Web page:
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Dana White’s Contender Series 2022: Week 5 preview, weigh-in results

Putting the heavyweights in the main slot is a bold strategy. Let’s see how that pays off, Cotton.

If they’re back to Tuesdays, we’re gonna use the Tuesday logo.

Contender Series (DWCS) has been delivering hard this year, but this may be the most middle-of-the-road edition so far.

Not that the fights themselves are bad (although there is some... odd stuff here), but they’re perhaps not quite as intriguing or have as many talents with a higher level of notoriety outside of the UFC ecosystem.

Plus, the main event is a heavyweight bout. Unfortunately, heavyweight is very, very random and also very inconsistent as a division. At least there’s some potential for fun between two hard-hitting heavyweights with identical records. At least for now.

Eduardo Neves vs Mick Parkin

Eduardo Neves and Mick Parkin are both 5-0 as professionals and have had very odd paths to get here. Neves swings leather and loves working opponents over while they’re pressed against the cage with hooks until he empties the clip. He’s a bit footslow and can be caught with hard shots, but his chin has held up remarkably well until now. His recovery is good, but he certainly doesn’t want to make a habit of living by it.

Parkin is also a striker that mostly boxes and also unfortunately tries to muscle his way to some takedowns. Neither fighter’s wrestling is where it needs to be. Neither is particularly gifted athletically nor someone that can make an immediate impact with a win and subsequent callup to the UFC. But it’s a fun fight between two chonky boys that hit hard and are hungry to get the next step up.


Darrius Flowers vs Amiran Gogoladze

Next up is a fine welterweight fight between Darrius Flowers (11-5, draw) and Amiran Gogoladze (14-2). Flowers is an interesting prospect who started his amateur run in 2014, and fought to a draw against Collin Huckbody. There isn’t much on his pro record that stands out dramatically save for one thing, a win over 9-29 Jon Kennedy. This was in 2019 while Flowers was 7-4(1). In this case, it’s not terribly egregious. The rest of his opposition has been decent (such as Joe Vedepo and Bobby Voelker), and his recent run in LFA has led to three straight victories. He’s got a good sprawl, he hits hard, and looks like he’s hit a good and proper stride in his career.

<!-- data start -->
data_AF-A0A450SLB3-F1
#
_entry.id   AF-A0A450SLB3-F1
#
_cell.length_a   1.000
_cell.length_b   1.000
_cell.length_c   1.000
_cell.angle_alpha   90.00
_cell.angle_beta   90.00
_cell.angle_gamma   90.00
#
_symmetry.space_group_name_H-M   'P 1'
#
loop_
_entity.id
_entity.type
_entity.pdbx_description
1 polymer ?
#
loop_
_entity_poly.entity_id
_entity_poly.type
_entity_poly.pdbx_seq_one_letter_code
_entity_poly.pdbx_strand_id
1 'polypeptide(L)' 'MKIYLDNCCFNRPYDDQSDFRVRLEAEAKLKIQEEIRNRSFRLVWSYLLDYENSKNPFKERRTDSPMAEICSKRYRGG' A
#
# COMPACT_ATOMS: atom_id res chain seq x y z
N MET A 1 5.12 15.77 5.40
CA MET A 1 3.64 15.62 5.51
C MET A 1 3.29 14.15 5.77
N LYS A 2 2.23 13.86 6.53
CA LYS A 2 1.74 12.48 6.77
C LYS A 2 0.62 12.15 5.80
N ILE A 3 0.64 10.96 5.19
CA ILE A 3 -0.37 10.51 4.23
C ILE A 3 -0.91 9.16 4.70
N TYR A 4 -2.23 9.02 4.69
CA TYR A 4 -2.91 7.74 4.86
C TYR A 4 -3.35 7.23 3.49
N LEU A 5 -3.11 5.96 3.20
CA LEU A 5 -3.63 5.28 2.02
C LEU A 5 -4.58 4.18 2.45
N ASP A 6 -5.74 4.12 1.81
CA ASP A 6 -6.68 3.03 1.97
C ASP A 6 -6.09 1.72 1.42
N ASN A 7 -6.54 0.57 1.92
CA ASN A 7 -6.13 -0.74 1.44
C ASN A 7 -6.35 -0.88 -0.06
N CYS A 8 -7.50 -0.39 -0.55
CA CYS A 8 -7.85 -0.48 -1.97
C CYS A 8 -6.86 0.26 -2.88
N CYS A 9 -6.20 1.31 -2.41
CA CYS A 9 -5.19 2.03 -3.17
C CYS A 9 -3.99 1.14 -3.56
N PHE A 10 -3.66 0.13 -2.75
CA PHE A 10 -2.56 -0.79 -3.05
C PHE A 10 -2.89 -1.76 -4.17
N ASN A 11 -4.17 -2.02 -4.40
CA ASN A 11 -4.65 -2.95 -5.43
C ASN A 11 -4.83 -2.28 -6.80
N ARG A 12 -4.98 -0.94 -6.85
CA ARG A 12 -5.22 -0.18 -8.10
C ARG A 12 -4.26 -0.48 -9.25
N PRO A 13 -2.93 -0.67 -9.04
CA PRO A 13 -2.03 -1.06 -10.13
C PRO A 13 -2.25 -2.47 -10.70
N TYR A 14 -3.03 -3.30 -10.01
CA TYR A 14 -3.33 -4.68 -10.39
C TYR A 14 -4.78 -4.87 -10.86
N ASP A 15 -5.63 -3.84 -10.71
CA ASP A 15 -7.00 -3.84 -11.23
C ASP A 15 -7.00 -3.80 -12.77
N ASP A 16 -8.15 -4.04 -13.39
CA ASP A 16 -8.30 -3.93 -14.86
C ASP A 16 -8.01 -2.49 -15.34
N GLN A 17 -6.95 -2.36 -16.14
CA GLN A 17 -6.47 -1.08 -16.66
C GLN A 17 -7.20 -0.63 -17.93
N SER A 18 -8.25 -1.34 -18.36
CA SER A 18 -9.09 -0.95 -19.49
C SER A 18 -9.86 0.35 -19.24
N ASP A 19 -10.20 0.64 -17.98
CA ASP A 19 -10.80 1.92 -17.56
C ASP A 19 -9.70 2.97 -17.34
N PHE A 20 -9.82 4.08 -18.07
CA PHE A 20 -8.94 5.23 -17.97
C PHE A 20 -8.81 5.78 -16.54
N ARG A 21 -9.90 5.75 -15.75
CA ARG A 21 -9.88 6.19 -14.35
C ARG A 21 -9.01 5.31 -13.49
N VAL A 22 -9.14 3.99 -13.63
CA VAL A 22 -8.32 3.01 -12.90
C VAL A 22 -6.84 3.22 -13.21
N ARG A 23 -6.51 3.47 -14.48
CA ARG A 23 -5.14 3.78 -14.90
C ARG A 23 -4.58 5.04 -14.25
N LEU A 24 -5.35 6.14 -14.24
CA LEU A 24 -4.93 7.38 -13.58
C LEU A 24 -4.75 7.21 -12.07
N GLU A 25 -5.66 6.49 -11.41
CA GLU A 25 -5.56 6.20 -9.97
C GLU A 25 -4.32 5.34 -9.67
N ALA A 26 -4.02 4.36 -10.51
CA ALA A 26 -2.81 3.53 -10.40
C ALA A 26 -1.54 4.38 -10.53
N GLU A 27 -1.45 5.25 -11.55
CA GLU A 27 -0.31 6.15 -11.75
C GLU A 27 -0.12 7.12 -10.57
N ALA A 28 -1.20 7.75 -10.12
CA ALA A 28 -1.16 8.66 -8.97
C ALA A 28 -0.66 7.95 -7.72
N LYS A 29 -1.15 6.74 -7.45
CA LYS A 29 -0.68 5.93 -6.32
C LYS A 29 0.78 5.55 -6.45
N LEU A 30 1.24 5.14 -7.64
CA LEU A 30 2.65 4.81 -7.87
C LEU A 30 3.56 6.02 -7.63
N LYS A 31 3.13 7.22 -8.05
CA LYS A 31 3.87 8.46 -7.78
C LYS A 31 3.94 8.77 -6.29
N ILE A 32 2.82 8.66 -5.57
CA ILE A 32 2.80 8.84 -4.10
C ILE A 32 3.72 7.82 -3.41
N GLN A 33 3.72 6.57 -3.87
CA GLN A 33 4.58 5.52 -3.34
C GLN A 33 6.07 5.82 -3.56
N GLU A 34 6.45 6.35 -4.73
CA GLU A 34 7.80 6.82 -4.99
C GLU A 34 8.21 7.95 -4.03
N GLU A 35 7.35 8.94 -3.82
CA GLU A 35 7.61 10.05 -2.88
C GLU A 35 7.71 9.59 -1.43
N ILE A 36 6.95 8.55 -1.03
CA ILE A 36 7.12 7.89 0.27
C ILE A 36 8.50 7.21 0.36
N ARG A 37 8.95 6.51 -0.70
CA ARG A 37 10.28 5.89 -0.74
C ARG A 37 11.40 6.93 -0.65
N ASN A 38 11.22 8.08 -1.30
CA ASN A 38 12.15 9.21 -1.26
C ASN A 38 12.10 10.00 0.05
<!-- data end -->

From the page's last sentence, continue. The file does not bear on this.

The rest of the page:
His opponent is Georgia’s Gogoladze, a promising prospect that started off in his native Georgia but quickly made the leap to the waters of M-1 where he earned some true quality wins against good opponents. He then left to fight for EMC, UAE Warriors and GFC. His only loss during that run after joining M-1 was against former PFL talent Handesson Ferreira, which isn’t a bad look. The guy can do it all. Takedowns, submissions, and accurate strikes from range that earned him the nickname of “The Sniper“. He’s not just good, he’s probably the one fighter to be most excited about here. He’ll have to contend with the pace and ability to close the distance that Flowers possesses. This should be good.


Erisson Ferreira vs Jesus Santos Aguilar

Brazilian Erisson Ferreira (11-1) struggled a bit to make weight but made it in his second attempt on the scale. And his recovery better be good, because he’s got to face Mexico’s Jesus Santos Aguilar (7-1). Ferreira has been here before, having fought on Contender Series last year in the final event of the year. He’s got talent, but his body of work wasn’t great.

From last year’s piece:

This next one is a doozy. Erisson Ferreira (10-1) blazed his way through the Brazilian flyweight scene to win his first six fights before facing his first pro loss. He hasn’t dropped a bout since, and his last win was against a pretty good fighter. The problem? That win was a doctor’s stoppage between rounds and all of his other opponents have been... not good. You can’t be too hard on a fighter with a certain amount of fights (see Estremadura above) facing guys with records at around or under .500 when you consider the environment and region they’re in and where they’re at in their development. But when a guy is just feasting on 0-1, 1-4, 0-2 and 2-3 opponents in Brazil, where competition isn’t that scarce?